2. The shul can do the research themselves and have a list of "acceptable mohels" they provide for their members - always happy to accept another mohel, of course, provided he abides by the standards the shul has demanded of those on the list.

3. Most importantly, the rabbi might need to have a frank discussion with prospective parents (better when they are expecting than after the baby is born) as to "WHY" these standards are important to us as Jews and as a community. Discuss why these rules benefit the cause of Bris Milah and all the individuals who will be doing brisses for their sons in the future.


I will not play the role of mohel basher. But I will say that some mohels have their own convictions take prority over the convictions of the people hiring them. It is dishonest and improper to support such behavior. The mohel is hired to give the child a kosher circumcision. He is not hired to bring in all of his own convictions in the realization of those ends. He must respect where the parents of the baby are coming from in their own Jewish experience.

Were you to go to a barber who reveals to you that he achieves the same result with a blowtorch that others achieve with a scissors and comb, you'd probably walk out the door before you allow this barber to touch a single hair on your head. You want the method you trust.

Should we not be as selective and careful when picking a mohel who will circumcise our sons? Just because the results typically look more or less the same does not mean the means to achieve those ends are the same.


  1. Hey buddy, doesn't look good for you when you put down other Mohels to make yourself look better. You shouldn't have to do that. If what you say is true, then let the truth and facts speak for themselves. Losing respect.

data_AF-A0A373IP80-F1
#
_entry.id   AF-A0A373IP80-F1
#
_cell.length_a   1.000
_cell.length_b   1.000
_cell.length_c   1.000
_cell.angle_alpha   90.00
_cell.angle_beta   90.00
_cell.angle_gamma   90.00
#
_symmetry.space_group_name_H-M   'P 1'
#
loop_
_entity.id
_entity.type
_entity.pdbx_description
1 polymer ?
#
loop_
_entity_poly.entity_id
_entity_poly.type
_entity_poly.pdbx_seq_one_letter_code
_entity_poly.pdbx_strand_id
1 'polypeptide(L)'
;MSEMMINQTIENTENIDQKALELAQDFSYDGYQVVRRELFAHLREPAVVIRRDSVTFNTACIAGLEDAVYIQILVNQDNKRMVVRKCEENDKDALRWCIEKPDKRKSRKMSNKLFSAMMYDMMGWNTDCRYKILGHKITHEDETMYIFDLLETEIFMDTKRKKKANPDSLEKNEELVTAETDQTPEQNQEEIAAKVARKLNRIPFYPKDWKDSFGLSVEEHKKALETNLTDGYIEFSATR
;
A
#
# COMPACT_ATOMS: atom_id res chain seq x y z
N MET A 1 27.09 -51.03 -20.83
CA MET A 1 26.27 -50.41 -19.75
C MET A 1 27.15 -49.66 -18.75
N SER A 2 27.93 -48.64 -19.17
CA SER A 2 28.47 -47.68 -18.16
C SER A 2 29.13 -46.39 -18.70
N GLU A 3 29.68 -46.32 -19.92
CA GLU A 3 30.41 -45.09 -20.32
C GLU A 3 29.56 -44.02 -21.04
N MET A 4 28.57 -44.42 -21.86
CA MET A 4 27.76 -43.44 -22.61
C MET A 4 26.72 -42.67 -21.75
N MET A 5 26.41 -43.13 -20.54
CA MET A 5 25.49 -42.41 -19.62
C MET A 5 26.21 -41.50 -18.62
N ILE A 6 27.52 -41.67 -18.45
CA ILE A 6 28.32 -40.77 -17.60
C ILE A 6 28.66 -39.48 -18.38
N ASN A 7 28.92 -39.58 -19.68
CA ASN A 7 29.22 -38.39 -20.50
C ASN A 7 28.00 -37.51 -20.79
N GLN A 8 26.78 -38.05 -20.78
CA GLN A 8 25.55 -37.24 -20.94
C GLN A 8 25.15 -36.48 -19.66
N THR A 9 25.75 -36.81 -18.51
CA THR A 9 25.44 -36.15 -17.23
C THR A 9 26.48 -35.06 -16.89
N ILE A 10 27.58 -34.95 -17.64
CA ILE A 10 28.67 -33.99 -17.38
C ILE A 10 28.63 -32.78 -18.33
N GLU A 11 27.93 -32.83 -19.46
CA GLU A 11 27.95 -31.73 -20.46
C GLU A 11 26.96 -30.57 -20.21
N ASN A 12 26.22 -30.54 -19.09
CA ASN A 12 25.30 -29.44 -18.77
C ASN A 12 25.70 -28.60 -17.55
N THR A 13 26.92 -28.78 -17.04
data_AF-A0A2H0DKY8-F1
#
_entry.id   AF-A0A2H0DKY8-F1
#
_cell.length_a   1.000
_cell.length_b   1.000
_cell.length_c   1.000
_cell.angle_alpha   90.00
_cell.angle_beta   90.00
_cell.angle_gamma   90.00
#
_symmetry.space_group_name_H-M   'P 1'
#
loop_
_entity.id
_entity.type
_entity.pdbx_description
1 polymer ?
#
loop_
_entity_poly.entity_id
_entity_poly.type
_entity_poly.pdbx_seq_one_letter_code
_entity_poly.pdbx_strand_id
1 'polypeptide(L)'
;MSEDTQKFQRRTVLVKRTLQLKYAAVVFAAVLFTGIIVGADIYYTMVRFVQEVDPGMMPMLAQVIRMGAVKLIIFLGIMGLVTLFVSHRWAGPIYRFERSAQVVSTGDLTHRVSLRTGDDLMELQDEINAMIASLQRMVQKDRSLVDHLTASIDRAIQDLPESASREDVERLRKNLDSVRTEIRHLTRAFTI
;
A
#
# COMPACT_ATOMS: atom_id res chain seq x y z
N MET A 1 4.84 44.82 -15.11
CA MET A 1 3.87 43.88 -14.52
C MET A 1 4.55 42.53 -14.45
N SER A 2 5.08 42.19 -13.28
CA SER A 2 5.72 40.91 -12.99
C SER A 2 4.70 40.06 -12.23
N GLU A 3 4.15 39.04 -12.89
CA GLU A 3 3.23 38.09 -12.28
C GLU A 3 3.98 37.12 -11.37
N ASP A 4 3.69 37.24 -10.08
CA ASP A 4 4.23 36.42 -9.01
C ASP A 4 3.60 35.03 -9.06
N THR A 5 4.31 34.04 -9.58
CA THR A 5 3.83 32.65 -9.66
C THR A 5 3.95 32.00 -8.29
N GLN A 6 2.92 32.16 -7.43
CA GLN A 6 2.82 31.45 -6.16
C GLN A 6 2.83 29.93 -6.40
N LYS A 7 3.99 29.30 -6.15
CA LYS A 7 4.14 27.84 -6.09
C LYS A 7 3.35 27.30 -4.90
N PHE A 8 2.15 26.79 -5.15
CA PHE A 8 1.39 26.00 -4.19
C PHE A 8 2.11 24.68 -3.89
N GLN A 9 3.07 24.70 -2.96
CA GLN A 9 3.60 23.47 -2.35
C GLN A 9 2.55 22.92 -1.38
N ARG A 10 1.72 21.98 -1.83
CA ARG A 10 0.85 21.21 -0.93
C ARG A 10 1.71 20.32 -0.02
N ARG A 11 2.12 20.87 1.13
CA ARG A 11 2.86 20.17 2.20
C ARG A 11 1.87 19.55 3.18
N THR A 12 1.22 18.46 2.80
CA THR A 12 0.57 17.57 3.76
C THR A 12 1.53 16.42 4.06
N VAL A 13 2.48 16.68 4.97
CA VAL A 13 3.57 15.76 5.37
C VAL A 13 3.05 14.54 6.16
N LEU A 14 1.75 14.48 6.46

2. Dear Anonymous
    Thank you for your insight. I chose to publish your comment, even though there is not much respect in being Anonymous and not standing behind your comment. Nonetheless.
    If you actually read the blog postings you'll find that I never mention any mohel by name - unless I am speaking of him positively. And when I "put down" the PRACTICES of other mohels it is because this blog is primarily an educational tool for individuals such as yourself who are either distant or might not use my services any way to be aware of what is out there, and to make *informed decisions* in the quest to find the right mohel for yourself and your baby. [Of course those who choose to use my services are also a target audience.]
    Any mohel who does not engage in the practices I write of in the negative should be quite comfortable in his skin. And any mohel who engages in practices that I feel should be frowned upon should either a. reconsider these practices that could put a baby at harm, or b. have a really good explanation for why he continues to utilize them.
    Too many people have told me horrific stories of their bris experiences with other mohels. They do not have the forum I have, so I share their stories on their behalf because they want others to be aware and to know.
    No one is perfect. But we can do our best to be much closer to as-amazing-as-we-can-be.
    Thanks for reading
    Avi Billet